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IsoSketch Offers Heaps of Isometric Sketching Potential

IsoSketch Offers Heaps of Isometric Sketching Potential

July 23, 2011
IsoSketch by pixelrevision icon

IsoSketch ($2.99) by pixelrevision offers a fresh perspective on sketching for the iPad. In fact, it offers an isometric perspective, a la architectural drafting or M.C. Escher. The tools hidden in this three dollar gem work brilliantly, and though it’s not yet a complete package, it’s well on its way to being the best isometric drawing utility for iOS.

IsoSketch by pixelrevision screenshot

IsoSketch presents the would-be artist with an isometric grid. For those unfamiliar with this style of layout, it’s a safe bet that you haven’t been in high school for a while, or somehow avoided geometry entirely. Isometric grids are used to create perfectly square elements in a design, and are great for drawing houses, boxes, or Rubix cubes.

Users can pinch-to-zoom the grid as they please, and once they have it positioned just so, they’re allowed to paint away using IsoSketch’s basic brush. The brush lays on any color that’s been selected, filling each corner of the grid that’s slid over with a finger. Using the layers and included opacity tools, artists can then create complex square arrangements that look multi-storied and “pop off” the screen.

IsoSketch adds a few more elements to the mix, including the ability to import photos from your gallery for use as a background. There’s also an eraser for those less than fortunate brushstrokes, and a pencil for highlighting specific squares. Add in an undo button, as well as the option to export masterpieces to Mail, the gallery and Facebook, and you’re looking at one competent isometric sketching utility.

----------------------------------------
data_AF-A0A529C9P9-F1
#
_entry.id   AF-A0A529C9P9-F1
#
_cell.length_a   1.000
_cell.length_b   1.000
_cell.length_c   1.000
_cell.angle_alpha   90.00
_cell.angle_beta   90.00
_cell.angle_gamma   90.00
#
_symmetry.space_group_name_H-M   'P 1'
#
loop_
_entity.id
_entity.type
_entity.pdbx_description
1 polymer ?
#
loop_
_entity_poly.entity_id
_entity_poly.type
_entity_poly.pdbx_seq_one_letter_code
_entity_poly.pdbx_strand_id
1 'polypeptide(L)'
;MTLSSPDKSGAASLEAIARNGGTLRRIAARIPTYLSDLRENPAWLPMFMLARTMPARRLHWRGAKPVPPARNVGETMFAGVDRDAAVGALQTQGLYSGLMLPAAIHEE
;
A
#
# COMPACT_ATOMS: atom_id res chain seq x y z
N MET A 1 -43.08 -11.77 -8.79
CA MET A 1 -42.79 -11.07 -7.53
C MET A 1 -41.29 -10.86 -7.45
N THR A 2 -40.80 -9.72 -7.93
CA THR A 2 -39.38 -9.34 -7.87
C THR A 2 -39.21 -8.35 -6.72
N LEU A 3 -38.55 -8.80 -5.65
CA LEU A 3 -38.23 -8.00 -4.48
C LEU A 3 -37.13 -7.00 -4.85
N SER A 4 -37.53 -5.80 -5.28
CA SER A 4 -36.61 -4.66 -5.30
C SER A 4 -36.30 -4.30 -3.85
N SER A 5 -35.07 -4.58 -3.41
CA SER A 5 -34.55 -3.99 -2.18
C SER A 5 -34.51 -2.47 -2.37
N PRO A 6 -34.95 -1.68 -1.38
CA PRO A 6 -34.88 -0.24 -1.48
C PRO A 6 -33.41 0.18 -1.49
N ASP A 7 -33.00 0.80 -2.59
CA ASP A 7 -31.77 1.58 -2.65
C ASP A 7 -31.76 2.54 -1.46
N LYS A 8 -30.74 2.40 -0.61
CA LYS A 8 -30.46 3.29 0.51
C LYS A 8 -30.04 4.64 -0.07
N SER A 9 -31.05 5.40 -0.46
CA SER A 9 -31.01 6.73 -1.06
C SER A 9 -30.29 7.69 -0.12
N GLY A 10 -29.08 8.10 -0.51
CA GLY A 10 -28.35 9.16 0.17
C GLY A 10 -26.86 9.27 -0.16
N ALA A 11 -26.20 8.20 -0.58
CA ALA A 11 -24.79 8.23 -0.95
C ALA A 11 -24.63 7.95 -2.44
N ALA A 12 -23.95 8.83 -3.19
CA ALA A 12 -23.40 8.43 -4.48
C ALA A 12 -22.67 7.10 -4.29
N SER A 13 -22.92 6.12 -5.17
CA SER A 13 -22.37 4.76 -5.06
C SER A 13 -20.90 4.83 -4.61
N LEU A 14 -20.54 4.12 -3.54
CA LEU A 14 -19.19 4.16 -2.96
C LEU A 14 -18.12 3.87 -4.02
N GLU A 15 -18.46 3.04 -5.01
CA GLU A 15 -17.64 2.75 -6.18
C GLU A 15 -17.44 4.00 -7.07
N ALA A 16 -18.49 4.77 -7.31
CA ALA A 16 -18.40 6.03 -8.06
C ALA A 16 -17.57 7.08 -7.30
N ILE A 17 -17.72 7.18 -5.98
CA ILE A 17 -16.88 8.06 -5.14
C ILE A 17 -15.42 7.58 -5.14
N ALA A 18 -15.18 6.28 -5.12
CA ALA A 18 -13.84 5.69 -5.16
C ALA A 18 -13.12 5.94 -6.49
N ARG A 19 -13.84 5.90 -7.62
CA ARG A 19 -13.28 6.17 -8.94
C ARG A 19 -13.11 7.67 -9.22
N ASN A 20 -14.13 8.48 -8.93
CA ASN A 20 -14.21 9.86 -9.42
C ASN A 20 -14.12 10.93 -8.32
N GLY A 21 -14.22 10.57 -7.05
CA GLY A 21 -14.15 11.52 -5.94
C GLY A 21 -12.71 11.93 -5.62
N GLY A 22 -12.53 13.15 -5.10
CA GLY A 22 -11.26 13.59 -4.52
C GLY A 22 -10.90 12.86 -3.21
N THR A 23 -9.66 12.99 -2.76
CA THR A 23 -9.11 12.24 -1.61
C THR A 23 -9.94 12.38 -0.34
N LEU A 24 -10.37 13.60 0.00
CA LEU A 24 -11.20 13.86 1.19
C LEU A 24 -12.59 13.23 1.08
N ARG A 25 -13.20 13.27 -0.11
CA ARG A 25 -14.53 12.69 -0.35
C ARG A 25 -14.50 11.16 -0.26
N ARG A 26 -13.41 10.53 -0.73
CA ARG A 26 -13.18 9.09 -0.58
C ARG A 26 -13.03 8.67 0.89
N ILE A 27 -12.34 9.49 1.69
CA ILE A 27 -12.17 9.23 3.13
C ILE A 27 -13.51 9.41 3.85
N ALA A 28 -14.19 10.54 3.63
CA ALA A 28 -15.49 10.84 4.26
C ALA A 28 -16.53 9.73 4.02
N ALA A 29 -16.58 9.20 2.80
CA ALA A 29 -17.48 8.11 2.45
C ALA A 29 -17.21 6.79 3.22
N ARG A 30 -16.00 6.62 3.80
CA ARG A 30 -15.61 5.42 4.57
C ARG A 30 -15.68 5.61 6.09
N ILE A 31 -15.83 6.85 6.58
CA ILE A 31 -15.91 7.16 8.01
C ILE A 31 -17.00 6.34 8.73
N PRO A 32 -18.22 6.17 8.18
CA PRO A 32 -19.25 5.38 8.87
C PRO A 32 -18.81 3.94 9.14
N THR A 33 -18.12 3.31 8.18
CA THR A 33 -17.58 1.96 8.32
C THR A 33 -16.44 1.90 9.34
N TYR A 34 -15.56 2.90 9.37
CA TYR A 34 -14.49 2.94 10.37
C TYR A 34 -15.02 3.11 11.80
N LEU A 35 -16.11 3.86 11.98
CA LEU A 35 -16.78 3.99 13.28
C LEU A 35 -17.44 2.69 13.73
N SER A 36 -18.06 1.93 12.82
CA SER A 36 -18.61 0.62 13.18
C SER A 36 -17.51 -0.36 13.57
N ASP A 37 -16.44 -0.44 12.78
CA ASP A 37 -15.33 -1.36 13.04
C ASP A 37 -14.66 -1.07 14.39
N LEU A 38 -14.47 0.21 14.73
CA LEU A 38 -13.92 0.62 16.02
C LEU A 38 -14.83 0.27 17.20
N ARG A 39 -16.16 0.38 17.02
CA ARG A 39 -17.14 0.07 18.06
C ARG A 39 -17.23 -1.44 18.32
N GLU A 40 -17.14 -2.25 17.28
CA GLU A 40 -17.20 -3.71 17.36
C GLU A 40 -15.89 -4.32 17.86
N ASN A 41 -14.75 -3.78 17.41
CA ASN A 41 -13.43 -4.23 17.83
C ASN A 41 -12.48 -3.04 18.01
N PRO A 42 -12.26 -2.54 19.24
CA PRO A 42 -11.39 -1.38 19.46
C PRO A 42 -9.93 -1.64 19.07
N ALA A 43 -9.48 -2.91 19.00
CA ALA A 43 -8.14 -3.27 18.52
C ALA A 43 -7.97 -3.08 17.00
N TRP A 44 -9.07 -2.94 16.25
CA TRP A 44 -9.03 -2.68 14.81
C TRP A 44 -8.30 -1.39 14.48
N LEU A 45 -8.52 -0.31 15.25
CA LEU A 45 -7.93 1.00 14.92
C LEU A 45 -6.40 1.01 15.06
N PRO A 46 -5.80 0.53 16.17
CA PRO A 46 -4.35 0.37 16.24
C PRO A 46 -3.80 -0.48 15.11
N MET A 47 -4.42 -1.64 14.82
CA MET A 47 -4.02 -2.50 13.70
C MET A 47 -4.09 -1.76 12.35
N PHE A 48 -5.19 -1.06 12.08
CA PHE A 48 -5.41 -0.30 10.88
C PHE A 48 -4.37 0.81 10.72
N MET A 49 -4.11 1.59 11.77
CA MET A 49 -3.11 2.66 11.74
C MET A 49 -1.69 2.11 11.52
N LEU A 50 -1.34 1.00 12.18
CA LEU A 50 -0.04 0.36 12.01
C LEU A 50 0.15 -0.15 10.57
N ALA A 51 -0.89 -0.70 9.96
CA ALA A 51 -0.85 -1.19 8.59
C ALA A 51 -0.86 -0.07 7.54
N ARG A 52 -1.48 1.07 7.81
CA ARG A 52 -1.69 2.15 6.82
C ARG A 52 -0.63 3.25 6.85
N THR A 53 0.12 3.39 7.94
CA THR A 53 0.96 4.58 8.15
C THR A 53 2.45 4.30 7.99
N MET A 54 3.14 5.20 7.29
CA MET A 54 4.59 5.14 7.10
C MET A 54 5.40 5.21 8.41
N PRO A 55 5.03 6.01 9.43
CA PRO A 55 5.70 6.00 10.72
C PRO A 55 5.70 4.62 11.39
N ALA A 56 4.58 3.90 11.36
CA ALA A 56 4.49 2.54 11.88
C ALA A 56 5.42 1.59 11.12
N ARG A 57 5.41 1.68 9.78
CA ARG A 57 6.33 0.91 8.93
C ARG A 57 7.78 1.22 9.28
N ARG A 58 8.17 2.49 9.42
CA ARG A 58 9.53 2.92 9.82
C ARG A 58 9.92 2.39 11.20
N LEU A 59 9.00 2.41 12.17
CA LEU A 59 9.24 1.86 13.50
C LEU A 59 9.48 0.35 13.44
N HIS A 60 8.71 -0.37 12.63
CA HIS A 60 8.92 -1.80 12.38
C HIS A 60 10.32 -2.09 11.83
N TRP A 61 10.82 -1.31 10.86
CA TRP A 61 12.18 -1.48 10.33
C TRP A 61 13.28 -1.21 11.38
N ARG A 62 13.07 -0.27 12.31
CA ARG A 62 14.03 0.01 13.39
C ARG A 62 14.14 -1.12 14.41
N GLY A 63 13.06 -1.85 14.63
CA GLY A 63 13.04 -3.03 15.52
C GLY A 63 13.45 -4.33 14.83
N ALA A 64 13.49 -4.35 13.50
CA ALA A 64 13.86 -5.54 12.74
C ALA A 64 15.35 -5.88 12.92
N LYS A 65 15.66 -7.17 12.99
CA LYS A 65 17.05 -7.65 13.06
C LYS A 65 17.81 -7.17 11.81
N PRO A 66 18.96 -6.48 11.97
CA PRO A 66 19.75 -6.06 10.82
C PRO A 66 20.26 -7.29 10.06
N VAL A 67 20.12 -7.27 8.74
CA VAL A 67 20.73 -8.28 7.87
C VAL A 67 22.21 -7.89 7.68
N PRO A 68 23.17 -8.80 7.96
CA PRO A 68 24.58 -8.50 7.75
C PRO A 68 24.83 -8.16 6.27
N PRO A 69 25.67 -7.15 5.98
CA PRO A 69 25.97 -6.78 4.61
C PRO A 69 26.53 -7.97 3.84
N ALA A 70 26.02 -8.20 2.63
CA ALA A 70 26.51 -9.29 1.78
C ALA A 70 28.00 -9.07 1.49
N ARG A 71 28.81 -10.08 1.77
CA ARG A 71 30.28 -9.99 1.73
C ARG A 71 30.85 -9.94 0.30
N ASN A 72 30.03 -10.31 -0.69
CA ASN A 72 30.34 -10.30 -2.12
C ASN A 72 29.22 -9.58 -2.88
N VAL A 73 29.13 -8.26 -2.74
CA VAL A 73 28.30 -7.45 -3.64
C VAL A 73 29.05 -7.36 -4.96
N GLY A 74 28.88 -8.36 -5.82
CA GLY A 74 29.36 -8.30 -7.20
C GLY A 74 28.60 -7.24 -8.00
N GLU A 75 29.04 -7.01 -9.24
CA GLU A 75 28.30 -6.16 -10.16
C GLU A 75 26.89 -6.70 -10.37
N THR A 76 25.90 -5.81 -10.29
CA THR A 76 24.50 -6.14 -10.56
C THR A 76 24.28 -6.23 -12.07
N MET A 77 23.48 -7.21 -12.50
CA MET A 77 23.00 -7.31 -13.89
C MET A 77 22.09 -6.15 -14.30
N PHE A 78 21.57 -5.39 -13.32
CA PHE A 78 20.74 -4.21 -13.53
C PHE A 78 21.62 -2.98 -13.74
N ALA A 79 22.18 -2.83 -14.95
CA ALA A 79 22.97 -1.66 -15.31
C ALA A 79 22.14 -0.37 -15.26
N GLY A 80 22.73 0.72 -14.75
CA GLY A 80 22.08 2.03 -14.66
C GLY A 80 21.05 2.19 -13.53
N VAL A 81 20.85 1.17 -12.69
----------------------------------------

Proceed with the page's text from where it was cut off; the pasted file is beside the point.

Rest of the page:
IsoSketch by pixelrevision screenshot

That being said, there are some odd omissions from IsoSketch. For instance, there’s currently no redo button, which is unfortunate if the undo is accidentally bumped.

The layers make creating complex images easy, but there’s no real way to resize the canvas, or fine-tune the resolution your pictures are exported in. However, this is certainly more of a drag for graphic designers looking to use their illustrations in a project than the casual user just looking to doodle.

In addition, it would be nice to move or resize created elements once they’ve been stuck on the page. Having the ability to relocate a square to another layer would be appreciated as well, as it would add a whole new level of editing to the mix.

IsoSketch is comfortably priced at $2.99, which means you won’t break the bank to experience its drawing capabilities. For that price, you’ll also get a slick interface (the virtual drawers holding all available functions is a nice touch) a wealth of exporting options, and an easy utility for creating detailed isometric illustrations.

IsoSketch may be less than ideal for industry professionals, but for the casual user looking to create grid-based drawings, it’s an absolute bargain.

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